I love year-end posts where we see the flood of “Best of 2009” lists of tips, tricks and ideas to steal.
I actually love getting these. I like to review them and see if we’ve used any during the past year, and whether they have worked for us. There are always nuggets to mine, and in a pinch we can compile all the lists we get and send them to clients, who love getting them too. (Yes, we always get permission first.)
So far though, no one has replaced the question Barry Nalebuff, co-founder of Honest Tea, and Oxford and Harvard economics guru asks: “What is your added value?” where “added value” means “total value, minus the value without you.”
How about it? If you asked your customers, suppliers and colleagues how you added value, would they have a clear answer? Here are some ideas we can all turn into New Year’s resolutions for 2010.
Write down and categorize everything you know about your industry: all the players, the laws and regulations, current perceptions, market definitions and so forth. Now you can see your industry as a game, with well-understood rules, traditional ways players can move, and a shared understanding of how the game is won.
Now, think of what would happen if you changed any of those elements. Start by examining the tactical rules; these are the moves that don’t fundamentally change the game, like opening gambits in chess. Then look at the strategic rules, or the ones that actual define the game; for example, the way a knight is allowed to move is one of the defining rules of chess, and if the knight moved another way you could legitimately ask if chess were being played any more.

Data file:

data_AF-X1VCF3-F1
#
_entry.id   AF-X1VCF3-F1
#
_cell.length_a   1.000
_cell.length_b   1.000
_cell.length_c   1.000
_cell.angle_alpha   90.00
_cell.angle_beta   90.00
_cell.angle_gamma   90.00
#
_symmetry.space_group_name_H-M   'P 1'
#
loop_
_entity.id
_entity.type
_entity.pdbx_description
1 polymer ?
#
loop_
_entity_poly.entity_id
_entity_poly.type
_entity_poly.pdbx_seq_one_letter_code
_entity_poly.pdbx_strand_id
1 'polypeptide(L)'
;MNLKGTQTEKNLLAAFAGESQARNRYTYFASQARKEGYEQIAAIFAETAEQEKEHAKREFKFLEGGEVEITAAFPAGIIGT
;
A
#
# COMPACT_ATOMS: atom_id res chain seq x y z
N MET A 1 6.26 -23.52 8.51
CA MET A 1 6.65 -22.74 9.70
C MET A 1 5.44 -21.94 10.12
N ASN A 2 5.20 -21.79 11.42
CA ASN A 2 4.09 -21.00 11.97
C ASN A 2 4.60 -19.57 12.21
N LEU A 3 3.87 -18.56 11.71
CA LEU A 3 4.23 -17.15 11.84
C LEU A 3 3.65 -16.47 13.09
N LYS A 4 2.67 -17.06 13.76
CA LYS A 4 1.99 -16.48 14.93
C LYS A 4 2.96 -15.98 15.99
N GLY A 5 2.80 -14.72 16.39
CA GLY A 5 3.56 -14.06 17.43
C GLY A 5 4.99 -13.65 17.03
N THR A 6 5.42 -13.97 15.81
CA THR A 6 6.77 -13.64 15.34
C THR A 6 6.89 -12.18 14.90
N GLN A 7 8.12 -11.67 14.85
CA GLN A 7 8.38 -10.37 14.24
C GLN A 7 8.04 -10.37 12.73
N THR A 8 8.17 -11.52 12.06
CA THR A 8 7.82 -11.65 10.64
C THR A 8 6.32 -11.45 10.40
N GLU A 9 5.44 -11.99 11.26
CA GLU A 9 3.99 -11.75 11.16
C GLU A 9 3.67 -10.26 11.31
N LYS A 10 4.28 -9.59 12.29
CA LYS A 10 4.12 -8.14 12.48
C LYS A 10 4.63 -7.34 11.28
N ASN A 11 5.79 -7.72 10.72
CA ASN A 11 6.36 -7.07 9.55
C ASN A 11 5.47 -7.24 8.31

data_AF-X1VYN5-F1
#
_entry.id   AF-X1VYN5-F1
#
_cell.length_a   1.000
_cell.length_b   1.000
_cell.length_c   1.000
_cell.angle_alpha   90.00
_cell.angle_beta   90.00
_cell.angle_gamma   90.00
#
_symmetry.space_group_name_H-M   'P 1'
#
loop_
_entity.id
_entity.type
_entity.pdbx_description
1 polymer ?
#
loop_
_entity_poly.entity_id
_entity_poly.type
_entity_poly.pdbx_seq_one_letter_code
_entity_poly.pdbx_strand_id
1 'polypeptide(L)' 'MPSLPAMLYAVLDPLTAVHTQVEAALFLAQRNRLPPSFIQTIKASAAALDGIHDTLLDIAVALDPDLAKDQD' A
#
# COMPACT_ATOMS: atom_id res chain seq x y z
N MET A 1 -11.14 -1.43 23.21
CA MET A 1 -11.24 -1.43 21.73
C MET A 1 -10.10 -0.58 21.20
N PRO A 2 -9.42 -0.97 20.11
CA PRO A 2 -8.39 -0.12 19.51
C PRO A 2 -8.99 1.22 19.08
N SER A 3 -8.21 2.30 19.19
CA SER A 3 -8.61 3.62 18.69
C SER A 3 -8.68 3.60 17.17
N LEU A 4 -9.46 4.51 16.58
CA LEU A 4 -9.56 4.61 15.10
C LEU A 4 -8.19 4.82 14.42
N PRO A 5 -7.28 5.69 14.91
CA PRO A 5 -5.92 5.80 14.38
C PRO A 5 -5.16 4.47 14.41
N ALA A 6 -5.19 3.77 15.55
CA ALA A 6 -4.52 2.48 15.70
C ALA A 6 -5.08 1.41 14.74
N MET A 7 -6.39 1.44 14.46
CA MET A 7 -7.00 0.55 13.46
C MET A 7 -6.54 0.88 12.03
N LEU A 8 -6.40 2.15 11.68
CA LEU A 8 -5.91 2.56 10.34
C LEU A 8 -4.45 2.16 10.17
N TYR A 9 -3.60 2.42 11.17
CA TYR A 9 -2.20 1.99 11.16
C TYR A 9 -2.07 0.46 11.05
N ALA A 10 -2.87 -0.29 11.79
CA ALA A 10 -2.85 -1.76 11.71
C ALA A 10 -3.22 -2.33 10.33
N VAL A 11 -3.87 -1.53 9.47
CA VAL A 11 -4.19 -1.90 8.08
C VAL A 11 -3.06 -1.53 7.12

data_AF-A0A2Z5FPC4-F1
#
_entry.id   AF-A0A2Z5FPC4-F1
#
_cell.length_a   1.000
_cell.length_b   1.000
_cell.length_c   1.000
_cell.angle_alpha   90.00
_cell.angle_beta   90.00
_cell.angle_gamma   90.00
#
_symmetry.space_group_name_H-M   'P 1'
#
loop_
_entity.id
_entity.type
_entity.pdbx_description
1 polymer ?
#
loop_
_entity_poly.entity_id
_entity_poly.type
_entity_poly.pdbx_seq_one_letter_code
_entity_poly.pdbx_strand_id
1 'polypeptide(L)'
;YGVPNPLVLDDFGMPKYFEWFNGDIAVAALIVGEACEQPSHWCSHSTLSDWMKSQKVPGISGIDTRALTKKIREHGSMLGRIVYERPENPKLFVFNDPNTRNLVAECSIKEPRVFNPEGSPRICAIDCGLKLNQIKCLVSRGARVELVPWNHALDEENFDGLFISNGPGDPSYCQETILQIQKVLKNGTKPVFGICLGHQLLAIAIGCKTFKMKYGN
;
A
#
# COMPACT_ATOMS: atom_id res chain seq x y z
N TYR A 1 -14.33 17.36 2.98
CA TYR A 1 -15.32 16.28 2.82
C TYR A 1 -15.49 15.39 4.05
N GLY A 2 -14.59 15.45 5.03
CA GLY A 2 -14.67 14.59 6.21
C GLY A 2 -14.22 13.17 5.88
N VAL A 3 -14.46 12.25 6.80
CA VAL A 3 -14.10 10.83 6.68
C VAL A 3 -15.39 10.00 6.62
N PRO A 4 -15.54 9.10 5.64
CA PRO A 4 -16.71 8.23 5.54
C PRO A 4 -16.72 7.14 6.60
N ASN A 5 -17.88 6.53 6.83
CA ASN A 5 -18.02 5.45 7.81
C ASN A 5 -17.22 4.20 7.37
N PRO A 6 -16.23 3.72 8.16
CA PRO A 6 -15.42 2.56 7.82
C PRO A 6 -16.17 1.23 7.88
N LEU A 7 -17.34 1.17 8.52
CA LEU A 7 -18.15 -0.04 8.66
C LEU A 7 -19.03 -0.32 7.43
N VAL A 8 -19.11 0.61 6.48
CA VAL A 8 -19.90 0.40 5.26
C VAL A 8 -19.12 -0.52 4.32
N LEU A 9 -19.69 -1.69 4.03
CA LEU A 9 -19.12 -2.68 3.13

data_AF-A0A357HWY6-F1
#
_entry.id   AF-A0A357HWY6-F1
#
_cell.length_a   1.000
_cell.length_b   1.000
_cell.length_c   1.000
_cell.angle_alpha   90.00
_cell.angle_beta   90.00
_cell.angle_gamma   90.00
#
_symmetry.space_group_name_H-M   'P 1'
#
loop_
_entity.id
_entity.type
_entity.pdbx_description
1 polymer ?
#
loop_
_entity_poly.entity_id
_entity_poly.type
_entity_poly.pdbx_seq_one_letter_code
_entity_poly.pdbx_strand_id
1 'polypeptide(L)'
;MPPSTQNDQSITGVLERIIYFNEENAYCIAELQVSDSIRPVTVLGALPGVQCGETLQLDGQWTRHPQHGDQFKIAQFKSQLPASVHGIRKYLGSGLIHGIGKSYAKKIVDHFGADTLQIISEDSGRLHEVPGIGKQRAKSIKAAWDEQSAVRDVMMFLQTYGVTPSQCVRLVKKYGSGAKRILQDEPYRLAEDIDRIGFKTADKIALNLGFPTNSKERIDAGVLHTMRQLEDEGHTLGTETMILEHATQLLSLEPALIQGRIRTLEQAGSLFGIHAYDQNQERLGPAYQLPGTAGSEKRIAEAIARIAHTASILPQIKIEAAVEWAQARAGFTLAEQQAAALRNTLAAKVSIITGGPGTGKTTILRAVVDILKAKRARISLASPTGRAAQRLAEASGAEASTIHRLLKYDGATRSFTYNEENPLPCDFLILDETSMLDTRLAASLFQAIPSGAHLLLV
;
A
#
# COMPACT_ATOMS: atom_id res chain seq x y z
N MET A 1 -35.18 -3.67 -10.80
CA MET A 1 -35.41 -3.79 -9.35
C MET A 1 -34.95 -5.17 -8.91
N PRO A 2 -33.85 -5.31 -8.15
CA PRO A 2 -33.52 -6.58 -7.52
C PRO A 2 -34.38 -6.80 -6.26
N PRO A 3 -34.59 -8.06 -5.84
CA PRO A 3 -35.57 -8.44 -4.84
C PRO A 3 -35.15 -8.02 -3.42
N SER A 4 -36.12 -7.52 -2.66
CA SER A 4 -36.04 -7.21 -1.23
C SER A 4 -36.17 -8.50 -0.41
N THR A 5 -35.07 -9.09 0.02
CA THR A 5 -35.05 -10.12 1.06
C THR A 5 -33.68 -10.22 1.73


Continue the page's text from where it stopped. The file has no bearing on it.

Now you’ll start to see how to re-write the rules and make up your own game. What would happen if you could reframe the industry?
Game changing doesn’t always belong to the technology big boys like eBay and Google. When the first marketing consultant or ad agency renegade offered coaching to clients, in effect installing expertise instead of selling it, the consulting game changed. In 1984 Cirque de Soleil (with a government grant for struggling arts groups) offered a theatrical, character-driven spectacle that omitted the animals, and the circus changed.
Reframing the value equation is not a guarantee of success (Cirque de Soleil almost went under about three times). But it seems to me that as we head into what may or may not be a recovery, we need to ask the question of how we provide value. If we did not offer the products and services we do, would anyone notice? Would anyone care?